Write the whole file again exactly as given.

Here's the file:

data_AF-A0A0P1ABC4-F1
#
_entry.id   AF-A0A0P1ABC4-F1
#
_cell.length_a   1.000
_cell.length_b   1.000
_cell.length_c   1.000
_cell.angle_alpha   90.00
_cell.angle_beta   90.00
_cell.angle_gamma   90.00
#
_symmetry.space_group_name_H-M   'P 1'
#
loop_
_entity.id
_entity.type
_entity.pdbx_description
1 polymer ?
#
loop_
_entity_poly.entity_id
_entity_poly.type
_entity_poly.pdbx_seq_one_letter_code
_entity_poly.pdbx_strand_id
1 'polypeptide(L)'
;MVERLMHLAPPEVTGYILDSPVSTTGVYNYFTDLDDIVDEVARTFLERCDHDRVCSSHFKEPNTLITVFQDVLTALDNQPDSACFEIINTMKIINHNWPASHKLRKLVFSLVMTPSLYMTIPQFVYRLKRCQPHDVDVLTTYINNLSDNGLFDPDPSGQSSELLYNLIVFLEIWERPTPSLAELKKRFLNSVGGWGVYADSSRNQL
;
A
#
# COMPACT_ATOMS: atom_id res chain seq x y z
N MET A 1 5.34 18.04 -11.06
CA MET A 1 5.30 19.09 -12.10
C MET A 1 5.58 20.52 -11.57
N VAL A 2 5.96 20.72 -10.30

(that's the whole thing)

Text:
data_AF-A0A0P1ABC4-F1
#
_entry.id   AF-A0A0P1ABC4-F1
#
_cell.length_a   1.000
_cell.length_b   1.000
_cell.length_c   1.000
_cell.angle_alpha   90.00
_cell.angle_beta   90.00
_cell.angle_gamma   90.00
#
_symmetry.space_group_name_H-M   'P 1'
#
loop_
_entity.id
_entity.type
_entity.pdbx_description
1 polymer ?
#
loop_
_entity_poly.entity_id
_entity_poly.type
_entity_poly.pdbx_seq_one_letter_code
_entity_poly.pdbx_strand_id
1 'polypeptide(L)'
;MVERLMHLAPPEVTGYILDSPVSTTGVYNYFTDLDDIVDEVARTFLERCDHDRVCSSHFKEPNTLITVFQDVLTALDNQPDSACFEIINTMKIINHNWPASHKLRKLVFSLVMTPSLYMTIPQFVYRLKRCQPHDVDVLTTYINNLSDNGLFDPDPSGQSSELLYNLIVFLEIWERPTPSLAELKKRFLNSVGGWGVYADSSRNQL
;
A
#
# COMPACT_ATOMS: atom_id res chain seq x y z
N MET A 1 5.34 18.04 -11.06
CA MET A 1 5.30 19.09 -12.10
C MET A 1 5.58 20.52 -11.57
N VAL A 2 5.96 20.72 -10.30